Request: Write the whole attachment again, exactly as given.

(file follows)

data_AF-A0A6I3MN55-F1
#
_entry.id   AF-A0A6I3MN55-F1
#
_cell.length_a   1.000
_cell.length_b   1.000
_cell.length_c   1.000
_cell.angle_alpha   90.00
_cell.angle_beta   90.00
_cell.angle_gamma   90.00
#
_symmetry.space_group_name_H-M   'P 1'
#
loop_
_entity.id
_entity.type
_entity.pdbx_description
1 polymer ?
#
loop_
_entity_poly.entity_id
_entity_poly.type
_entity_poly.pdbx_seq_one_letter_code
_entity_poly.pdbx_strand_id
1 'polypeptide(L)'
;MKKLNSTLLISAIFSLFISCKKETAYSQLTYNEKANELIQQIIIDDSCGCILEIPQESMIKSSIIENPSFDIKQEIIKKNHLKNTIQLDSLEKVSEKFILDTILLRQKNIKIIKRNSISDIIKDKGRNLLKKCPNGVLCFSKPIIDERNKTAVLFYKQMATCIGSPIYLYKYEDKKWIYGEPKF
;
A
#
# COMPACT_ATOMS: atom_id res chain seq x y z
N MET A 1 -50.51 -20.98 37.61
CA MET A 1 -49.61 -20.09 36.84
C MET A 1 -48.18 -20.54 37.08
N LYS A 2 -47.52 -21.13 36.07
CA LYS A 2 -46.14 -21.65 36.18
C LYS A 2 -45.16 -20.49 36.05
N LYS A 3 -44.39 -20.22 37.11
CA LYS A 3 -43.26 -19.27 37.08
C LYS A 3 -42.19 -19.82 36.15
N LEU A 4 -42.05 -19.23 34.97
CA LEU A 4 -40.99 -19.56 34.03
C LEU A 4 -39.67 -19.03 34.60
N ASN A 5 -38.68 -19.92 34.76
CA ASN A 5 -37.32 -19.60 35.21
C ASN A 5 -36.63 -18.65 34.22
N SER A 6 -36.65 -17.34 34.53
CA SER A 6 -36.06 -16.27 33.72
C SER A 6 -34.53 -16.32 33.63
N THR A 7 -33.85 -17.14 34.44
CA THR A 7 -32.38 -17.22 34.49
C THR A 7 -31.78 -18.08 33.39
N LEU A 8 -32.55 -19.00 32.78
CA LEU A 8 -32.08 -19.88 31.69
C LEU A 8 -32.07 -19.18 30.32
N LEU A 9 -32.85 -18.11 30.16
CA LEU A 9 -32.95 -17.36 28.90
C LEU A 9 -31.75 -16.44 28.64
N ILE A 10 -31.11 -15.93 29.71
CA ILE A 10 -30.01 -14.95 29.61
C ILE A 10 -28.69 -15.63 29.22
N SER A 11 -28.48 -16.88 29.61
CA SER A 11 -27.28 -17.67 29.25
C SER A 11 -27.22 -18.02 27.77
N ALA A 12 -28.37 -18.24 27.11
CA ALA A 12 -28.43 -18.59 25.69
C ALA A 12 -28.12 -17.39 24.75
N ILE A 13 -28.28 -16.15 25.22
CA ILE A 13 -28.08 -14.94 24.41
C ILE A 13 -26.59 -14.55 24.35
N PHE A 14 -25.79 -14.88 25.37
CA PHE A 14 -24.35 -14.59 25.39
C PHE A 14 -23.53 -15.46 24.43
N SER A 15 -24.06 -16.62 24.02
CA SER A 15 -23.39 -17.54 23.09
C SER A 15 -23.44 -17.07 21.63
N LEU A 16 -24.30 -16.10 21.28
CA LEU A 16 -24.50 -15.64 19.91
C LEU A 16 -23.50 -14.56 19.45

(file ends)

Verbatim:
data_AF-A0A6I3MN55-F1
#
_entry.id   AF-A0A6I3MN55-F1
#
_cell.length_a   1.000
_cell.length_b   1.000
_cell.length_c   1.000
_cell.angle_alpha   90.00
_cell.angle_beta   90.00
_cell.angle_gamma   90.00
#
_symmetry.space_group_name_H-M   'P 1'
#
loop_
_entity.id
_entity.type
_entity.pdbx_description
1 polymer ?
#
loop_
_entity_poly.entity_id
_entity_poly.type
_entity_poly.pdbx_seq_one_letter_code
_entity_poly.pdbx_strand_id
1 'polypeptide(L)'
;MKKLNSTLLISAIFSLFISCKKETAYSQLTYNEKANELIQQIIIDDSCGCILEIPQESMIKSSIIENPSFDIKQEIIKKNHLKNTIQLDSLEKVSEKFILDTILLRQKNIKIIKRNSISDIIKDKGRNLLKKCPNGVLCFSKPIIDERNKTAVLFYKQMATCIGSPIYLYKYEDKKWIYGEPKF
;
A
#
# COMPACT_ATOMS: atom_id res chain seq x y z
N MET A 1 -50.51 -20.98 37.61
CA MET A 1 -49.61 -20.09 36.84
C MET A 1 -48.18 -20.54 37.08
N LYS A 2 -47.52 -21.13 36.07
CA LYS A 2 -46.14 -21.65 36.18
C LYS A 2 -45.16 -20.49 36.05
N LYS A 3 -44.39 -20.22 37.11
CA LYS A 3 -43.26 -19.27 37.08
C LYS A 3 -42.19 -19.82 36.15
N LEU A 4 -42.05 -19.23 34.97
CA LEU A 4 -40.99 -19.56 34.03
C LEU A 4 -39.67 -19.03 34.60
N ASN A 5 -38.68 -19.92 34.76
CA ASN A 5 -37.32 -19.60 35.21
C ASN A 5 -36.63 -18.65 34.22
N SER A 6 -36.65 -17.34 34.53
CA SER A 6 -36.06 -16.27 33.72
C SER A 6 -34.53 -16.32 33.63
N THR A 7 -33.85 -17.14 34.44
CA THR A 7 -32.38 -17.22 34.49
C THR A 7 -31.78 -18.08 33.39
N LEU A 8 -32.55 -19.00 32.78
CA LEU A 8 -32.08 -19.88 31.69
C LEU A 8 -32.07 -19.18 30.32
N LEU A 9 -32.85 -18.11 30.16
CA LEU A 9 -32.95 -17.36 28.90
C LEU A 9 -31.75 -16.44 28.64
N ILE A 10 -31.11 -15.93 29.71
CA ILE A 10 -30.01 -14.95 29.61
C ILE A 10 -28.69 -15.63 29.22
N SER A 11 -28.48 -16.88 29.61
CA SER A 11 -27.28 -17.67 29.25
C SER A 11 -27.22 -18.02 27.77
N ALA A 12 -28.37 -18.24 27.11
CA ALA A 12 -28.43 -18.59 25.69
C ALA A 12 -28.12 -17.39 24.75
N ILE A 13 -28.28 -16.15 25.22
CA ILE A 13 -28.08 -14.94 24.41
C ILE A 13 -26.59 -14.55 24.35
N PHE A 14 -25.79 -14.88 25.37
CA PHE A 14 -24.35 -14.59 25.39
C PHE A 14 -23.53 -15.46 24.43
N SER A 15 -24.06 -16.62 24.02
CA SER A 15 -23.39 -17.54 23.09
C SER A 15 -23.44 -17.07 21.63
N LEU A 16 -24.30 -16.10 21.28
CA LEU A 16 -24.50 -15.64 19.91
C LEU A 16 -23.50 -14.56 19.45